Hybrid:  The Hybrid cloud is one that enables the private and public clouds to  operate together sharing data and allowing an organization to expand  resources on demand to handle peak usage cycles without having to build  out excess capacity locally.  The economics of a hybrid cloud can be  very attractive to the business. Hybrid clouds require more  co-ordination between "your stuff" and "their stuff" but afford a  greater degree of visibility and control into the exchange of data  between the business and provider. As with public clouds Service Level  Agreements are key to outlining expectations and responsibilities for  the protection of business assets.

Security  in CloudVerse has a few key security architectural requirements that  should be addressed, regardless of the cloud model your organization  decides to utilize. They are as follows:

Logical Separation

One  of the most essential aspects of security is the concept of building  walls around data to protect it from unauthorized access. Segmentation  separates the protected from the unprotected and can occur in both  physical hardware and virtual software. The challenge comes with the  co-ordination and interaction between the two worlds as your data moves  back and forth. In the virtual world, separation of protected assets  occurs in logical zones, which are accomplished with technologies like  Cisco's Virtual Security Gateway and ASA 1000v. While physical  separation can occur with traditional firewall technology like the ASA  5585X. The multi-tenancy aspect of cloud requires that strong controls  are in place to ensure that Customer A and Customer B can not interact  with each other's data. Which can be enforced through Network Zoning and  access control. Keeping it all separated is a crucial part of  protecting cloud services.


A  defining characteristic of any cloud service is automation and  orchestration of virtual and physical resources. The CloudVerse  announcement brings to light a number of Cisco acquisitions over the  last year designed to address this very subject. Cisco Intelligent  Automation for Cloud (CIAC) provides a services catalog portal system  for requesting services and orchestration software that turns those  requests into scripts and API calls that make all of the magic happen in  the background. CIAC is as extremely flexible solutions that is  infinitely extendable through automation packs, that are preconfigured  for common tasks like spinning up new virtual servers, provisioning  storage, configuring the network, and interacting with billing systems.  Given the right amount of motivation, you could configure CIAC to order  pizza through the web, which would be a gross misuse of advanced  technology but could score you some serious geek street cred.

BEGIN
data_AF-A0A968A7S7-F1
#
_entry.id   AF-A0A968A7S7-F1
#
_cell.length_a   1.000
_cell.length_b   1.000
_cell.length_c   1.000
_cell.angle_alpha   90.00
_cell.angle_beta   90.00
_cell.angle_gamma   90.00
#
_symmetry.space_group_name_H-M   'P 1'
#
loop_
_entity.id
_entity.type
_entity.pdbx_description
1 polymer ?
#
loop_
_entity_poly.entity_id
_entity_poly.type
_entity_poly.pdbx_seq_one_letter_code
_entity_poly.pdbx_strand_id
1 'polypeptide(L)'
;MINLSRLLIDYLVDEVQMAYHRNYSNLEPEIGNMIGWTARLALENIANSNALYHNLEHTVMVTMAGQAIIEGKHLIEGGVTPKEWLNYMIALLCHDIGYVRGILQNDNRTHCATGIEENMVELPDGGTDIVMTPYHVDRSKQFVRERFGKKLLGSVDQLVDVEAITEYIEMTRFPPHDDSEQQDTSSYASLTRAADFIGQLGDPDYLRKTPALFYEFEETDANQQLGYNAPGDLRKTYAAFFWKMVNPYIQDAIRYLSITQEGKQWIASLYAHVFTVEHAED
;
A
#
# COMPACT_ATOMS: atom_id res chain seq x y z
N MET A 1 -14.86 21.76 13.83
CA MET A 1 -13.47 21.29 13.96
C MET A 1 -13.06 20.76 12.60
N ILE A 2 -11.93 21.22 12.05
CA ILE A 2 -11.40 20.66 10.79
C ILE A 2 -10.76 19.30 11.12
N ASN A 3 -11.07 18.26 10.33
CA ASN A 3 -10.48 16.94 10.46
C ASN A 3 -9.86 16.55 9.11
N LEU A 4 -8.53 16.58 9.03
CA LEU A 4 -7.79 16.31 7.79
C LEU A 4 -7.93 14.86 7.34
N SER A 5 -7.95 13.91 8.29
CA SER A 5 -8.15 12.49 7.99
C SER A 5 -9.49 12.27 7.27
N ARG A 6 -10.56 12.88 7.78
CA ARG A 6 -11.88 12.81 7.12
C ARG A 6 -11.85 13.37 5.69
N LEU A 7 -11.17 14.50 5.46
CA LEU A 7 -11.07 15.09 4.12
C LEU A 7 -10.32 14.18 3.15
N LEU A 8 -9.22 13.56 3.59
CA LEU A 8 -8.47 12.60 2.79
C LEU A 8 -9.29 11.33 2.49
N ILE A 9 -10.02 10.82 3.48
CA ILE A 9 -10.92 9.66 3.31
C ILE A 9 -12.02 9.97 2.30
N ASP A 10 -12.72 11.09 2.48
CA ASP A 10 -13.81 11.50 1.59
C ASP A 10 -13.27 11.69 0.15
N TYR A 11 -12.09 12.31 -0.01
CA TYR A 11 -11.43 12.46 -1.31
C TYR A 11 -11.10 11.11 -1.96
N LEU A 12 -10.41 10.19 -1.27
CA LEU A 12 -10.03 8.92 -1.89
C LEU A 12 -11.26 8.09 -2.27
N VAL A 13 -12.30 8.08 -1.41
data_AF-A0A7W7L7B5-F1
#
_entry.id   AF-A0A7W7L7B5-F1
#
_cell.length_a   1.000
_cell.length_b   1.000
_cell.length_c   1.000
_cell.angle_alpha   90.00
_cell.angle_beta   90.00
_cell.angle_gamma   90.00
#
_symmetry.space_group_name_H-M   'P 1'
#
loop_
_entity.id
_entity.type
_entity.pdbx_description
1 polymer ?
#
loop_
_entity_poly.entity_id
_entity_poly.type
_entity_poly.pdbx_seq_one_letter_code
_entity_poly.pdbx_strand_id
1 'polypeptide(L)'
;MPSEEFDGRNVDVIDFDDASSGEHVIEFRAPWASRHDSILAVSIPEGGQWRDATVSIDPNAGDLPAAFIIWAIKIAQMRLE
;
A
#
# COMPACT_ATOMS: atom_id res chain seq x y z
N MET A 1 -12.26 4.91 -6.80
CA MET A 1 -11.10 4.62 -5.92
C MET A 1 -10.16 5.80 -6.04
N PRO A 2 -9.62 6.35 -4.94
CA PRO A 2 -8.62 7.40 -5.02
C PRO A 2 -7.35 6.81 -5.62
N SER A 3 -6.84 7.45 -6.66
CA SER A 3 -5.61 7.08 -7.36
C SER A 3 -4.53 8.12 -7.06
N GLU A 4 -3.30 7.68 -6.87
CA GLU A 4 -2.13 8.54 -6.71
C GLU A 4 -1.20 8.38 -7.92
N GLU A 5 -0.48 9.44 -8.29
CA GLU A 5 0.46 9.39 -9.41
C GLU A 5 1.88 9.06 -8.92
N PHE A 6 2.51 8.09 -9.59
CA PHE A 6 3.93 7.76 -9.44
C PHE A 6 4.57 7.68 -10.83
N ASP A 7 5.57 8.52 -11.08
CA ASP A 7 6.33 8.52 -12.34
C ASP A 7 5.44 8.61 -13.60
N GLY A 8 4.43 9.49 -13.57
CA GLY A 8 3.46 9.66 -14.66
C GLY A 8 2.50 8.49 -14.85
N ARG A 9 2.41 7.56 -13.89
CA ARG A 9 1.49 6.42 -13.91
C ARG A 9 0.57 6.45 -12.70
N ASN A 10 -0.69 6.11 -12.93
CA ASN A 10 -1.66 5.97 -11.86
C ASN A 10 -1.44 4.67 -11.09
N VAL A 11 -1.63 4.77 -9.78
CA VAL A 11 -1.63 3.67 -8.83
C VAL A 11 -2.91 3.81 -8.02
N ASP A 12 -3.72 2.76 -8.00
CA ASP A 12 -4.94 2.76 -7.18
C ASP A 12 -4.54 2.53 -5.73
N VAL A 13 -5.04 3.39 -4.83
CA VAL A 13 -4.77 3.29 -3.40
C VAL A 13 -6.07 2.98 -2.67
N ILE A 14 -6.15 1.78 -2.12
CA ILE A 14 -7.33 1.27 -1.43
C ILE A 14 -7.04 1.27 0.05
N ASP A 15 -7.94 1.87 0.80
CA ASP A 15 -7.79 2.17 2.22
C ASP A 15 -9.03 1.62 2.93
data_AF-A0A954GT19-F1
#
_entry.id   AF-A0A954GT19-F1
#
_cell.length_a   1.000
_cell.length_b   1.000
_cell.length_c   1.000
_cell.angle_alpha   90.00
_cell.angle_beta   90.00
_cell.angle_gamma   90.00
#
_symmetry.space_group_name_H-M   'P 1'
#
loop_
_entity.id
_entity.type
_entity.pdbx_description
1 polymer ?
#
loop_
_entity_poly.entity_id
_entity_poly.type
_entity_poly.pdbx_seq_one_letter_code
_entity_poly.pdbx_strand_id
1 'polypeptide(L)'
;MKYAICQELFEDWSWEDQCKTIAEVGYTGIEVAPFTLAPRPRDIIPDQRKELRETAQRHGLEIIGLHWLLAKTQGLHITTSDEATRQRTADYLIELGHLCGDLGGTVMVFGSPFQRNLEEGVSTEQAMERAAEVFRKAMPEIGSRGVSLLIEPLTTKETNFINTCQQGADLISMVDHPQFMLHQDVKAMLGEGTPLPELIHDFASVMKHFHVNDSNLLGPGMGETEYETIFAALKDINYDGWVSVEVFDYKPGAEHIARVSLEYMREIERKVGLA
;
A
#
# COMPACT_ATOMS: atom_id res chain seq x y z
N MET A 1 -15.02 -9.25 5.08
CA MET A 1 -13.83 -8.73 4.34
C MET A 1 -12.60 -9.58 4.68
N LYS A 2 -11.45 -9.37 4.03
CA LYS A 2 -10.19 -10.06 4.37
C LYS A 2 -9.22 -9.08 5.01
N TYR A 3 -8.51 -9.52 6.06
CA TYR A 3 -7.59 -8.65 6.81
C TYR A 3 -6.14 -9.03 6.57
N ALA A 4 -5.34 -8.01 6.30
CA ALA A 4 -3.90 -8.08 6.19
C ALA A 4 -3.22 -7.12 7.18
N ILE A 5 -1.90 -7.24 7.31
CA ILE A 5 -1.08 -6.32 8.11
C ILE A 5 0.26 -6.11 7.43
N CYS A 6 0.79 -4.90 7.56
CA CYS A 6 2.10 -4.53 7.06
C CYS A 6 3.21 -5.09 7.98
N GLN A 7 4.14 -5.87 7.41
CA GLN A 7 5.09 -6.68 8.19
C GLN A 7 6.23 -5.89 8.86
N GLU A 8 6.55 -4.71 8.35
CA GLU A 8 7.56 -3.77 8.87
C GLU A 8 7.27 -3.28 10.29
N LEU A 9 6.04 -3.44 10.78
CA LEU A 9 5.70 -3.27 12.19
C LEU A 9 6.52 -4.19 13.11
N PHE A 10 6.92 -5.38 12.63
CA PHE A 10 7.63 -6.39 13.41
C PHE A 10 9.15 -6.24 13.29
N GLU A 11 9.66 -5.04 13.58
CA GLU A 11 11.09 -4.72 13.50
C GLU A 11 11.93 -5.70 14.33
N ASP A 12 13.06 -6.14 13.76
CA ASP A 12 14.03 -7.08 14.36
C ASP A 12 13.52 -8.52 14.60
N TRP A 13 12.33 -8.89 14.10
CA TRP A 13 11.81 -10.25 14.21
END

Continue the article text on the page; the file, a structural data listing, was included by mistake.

Policy Consistency

A  security policy is written by taking the goals of the business,  applying a healthy dose of risk management to come up with policies and  procedures that accomplish what the business wants to do, without  landing the CEO on the front page of the Wall Street Journal as the next  big security fail. In Cloud policy enforcement can actually be easier  through the use of automation technologies like Cisco Intelligent  Automation for Cloud. Security can be built into the service  provisioning process, where it is applied automatically and consistently  across the company. Here again is where having a discussion with your  provider is so crucial to make sure that your policies and their  policies are compatible for your level of risk.   

Authentication and Access Control

Many  companies have standardized on Active Directory for access control, but  if your services are being consumed from the cloud then you may have to  deal with the fact that your users are going to have to login with  separate credentials to someone else's servers. This can dramatically  increase the level of support and co-ordination required, just to reset  someone's password. Luckily, Cloud providers have been able to address  these problems by allowing for federated access control through  technologies like SAML and WS-Federation. These are two of the most  popular techniques used to allow authentication and access control to  pass between two Clouds. Cisco supports SAML in the Ironport Web  Security Appliance natively for a number of web based cloud services,  but if a more complete single sign on and cloud federated identity  solution is needed, then you should look to companies like PING Identity  to address your needs

So  there you have it, Cisco is serious about the cloud and has shown a  strong vision of the future of how cloud will be consumed and adaptable  to various business needs. It's a world of many clouds connected through  technology that embraces a flexible and efficient model where you pay  for what you use, when you use it.  Security in the cloud requires more  co-ordination about who is responsible for what, but all of the  fundamental security controls that you are accustomed to still apply.

Check out Chris's book Network Security Auditing on Cisco Press